Vitamin stores are under serious pressure from on-line outfits including Amazon, but they aren’t all gone yet. The successful ones have dedicated customers, built by knowing the customer base and selling to it. Its difficult, but people are doing it.

        Point-of-sale computers and inventory give you -instant- reports on what’s moving and what’s not. All you have to do is look at those graphs and you can construct a model of what is going to succeed in your area. B&N hasn’t been doing that. They’ve essentially been selling shelf space to the big publishing companies and acting as a carpeted warehouse with a coffee bar in it.

        That wouldn’t be so bad if the publishing houses had a clue what their audience is. I would guess that most of B&N’s income is from the coffee. Occasional gems do arise, but the field is very dreary.

        What I’ve chosen to take from this is that I was fortunate to have my book ignored by trad-pub.

      3. Jim Baen, may he rest in peace, died in 2006. Even if he were remarking upon that in the last year of his life… a lot has changed in the shipping and stock and point of sale tracking in 14 years.

        Back when restocking could easily take 2-4 weeks, yes you were missing out on lots of sales. I remember, in 2004 or so, I tried to get a book at B&N only to be told I’d have to order it, and it would be there in 2-3 weeks. I went home and ordered it on Amazon, because it’d be faster and I wouldn’t have to do in-store pickup.

        Given that many books had a shelf life measured in only a few weeks, that lag in restocking time could easily miss the window when it was available at all, so the amount of potentially unsold books was 0 to infinity.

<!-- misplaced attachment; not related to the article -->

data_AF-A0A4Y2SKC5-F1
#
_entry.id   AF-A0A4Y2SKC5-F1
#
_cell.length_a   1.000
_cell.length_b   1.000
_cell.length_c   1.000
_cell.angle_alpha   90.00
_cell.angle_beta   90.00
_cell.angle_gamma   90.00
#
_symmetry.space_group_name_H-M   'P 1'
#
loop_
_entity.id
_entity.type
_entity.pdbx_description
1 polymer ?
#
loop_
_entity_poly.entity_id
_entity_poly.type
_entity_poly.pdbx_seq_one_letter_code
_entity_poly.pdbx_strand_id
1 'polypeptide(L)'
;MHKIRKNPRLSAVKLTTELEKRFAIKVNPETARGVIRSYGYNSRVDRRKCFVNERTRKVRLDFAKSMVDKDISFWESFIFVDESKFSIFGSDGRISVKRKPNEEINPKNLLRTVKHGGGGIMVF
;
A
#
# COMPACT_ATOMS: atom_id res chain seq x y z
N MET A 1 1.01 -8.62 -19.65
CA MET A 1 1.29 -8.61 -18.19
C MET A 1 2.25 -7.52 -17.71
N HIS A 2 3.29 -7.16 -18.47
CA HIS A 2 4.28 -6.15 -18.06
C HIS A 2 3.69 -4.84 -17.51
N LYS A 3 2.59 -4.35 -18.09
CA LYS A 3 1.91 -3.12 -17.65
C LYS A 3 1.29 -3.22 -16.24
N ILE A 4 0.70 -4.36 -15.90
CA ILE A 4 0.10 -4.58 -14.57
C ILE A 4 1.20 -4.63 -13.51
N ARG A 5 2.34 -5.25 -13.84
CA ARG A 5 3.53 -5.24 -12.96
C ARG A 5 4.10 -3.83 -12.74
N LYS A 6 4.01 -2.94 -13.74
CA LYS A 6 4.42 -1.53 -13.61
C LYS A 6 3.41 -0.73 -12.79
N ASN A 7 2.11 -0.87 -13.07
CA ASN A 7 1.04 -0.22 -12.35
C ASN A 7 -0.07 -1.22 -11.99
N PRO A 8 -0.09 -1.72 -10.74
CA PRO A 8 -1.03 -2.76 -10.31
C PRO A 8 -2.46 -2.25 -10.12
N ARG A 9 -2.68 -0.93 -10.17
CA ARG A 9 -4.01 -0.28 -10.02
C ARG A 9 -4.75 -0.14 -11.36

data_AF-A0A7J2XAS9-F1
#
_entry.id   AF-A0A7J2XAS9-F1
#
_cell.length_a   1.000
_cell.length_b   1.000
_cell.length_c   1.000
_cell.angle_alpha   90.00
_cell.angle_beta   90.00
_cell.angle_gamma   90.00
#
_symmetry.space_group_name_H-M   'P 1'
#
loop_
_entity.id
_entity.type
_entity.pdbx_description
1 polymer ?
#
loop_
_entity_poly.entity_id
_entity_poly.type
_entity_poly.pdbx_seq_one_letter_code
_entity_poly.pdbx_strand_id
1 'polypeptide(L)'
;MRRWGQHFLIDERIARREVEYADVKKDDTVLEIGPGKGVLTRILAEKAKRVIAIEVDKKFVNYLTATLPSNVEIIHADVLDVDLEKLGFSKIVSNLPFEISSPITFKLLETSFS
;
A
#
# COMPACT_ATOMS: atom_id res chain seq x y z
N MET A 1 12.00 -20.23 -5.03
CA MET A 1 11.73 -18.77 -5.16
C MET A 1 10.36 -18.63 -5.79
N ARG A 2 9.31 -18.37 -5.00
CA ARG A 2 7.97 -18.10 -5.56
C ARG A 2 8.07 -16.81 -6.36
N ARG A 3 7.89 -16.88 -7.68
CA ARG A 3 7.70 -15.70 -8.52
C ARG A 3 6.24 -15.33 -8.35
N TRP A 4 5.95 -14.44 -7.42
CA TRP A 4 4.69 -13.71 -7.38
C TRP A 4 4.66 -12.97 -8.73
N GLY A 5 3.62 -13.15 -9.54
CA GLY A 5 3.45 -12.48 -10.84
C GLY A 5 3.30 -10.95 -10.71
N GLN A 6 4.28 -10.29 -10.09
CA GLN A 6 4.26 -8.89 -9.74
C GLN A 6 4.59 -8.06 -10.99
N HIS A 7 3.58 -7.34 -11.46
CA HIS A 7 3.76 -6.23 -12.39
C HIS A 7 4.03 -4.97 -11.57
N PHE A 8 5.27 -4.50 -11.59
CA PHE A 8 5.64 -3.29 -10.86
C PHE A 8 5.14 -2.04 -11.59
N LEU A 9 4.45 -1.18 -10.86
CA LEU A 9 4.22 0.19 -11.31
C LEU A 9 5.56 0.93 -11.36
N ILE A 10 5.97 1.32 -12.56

These days? If the book is out, they’re restocking with 24-48 hours in many cases, depending on proximity to the distributor. So the potential number of unsold books is now just “for the hours while it’s out.” Which is not non-zero, but is certainly much smaller.

        1. Yes, I realized Jim had been dead for a long time (though I hadn’t looked up how long), which is why identified him as being, to the best of my recollection, the source of that information (I don’t recall exactly what was said when, but by identifying the source I also identified how recent it wasn’t).

    1. They’re the last dead-tree standing. They have a monopoly on in-person book retail.

      You would think that a company like that would find a way to make a profit out of being a monopoly, but that is apparently not the case.

      1. The one that was in my area had an extremely limited selection of “best sellers”, tables full of direct-to-markdown picture books, and some shelves of shopworn stock nobody had thrown away yet. Things like “MSDOS 5 for Beginners” weren’t likely to be hot sellers in 2005… yet there they were.

      2. They’re the last dead-tree standing. They have a monopoly on in-person book retail.

        Er, sort of? It’s worth noting that the local B&N didn’t win the newspaper’s “Best Bookstore of 2019” award: the 2nd & Charles (a mostly used media store) did. They’re the last “big box chain” but there are plenty of other places to buy paper books, most of which are cleaning B&Ns clock.

        1. In Ontario Canada, there’s basically one chain. Chapters/Indigo. Almost all the other little stores and smaller places are gone.

          There are funny little places like the art book store The Labyrinth on Trafalgar Rd.

          I give them a free plug if I can because they deserve it. I love this store because it has LOTS OF ART BOOKS you can’t get anywhere else, also anime fan stuff, little statues, pins, Pop figures, all that goofy stuff a grown man like myself should be embarrassed to even know about. The owners are the type of geeks who can rhyme off all the Marvel Avengers and then all the characters in SAO. They’re weirdos, like myself.

          The other bookstore I like is Bakka-Phoenix, but it is in the middle of Toronto and I never go there. They have everything SciFi, and they actually read the books. I’ve gone there since they were on Queen St. in the 1970s. Third set of owners, still chugging along. If those guys can do it, and keep doing it, that means it can be done.

          The question is, can Heather Reisman do it at Chapters/Indigo? I think the answer to that question is a qualified “No” because Heather, bless her little pointed head, is a censor at heart. Subjects and books which do not pass the Heather Test are not found at Chapters/Indigo. For example, you can’t find Guns & Ammo or other gun periodicals at Chapters/Indigo.

          Same problem they have at B&N really, bias in management that hobbles the store’s performance.

Comments are closed.

Up ↑

%d bloggers like this: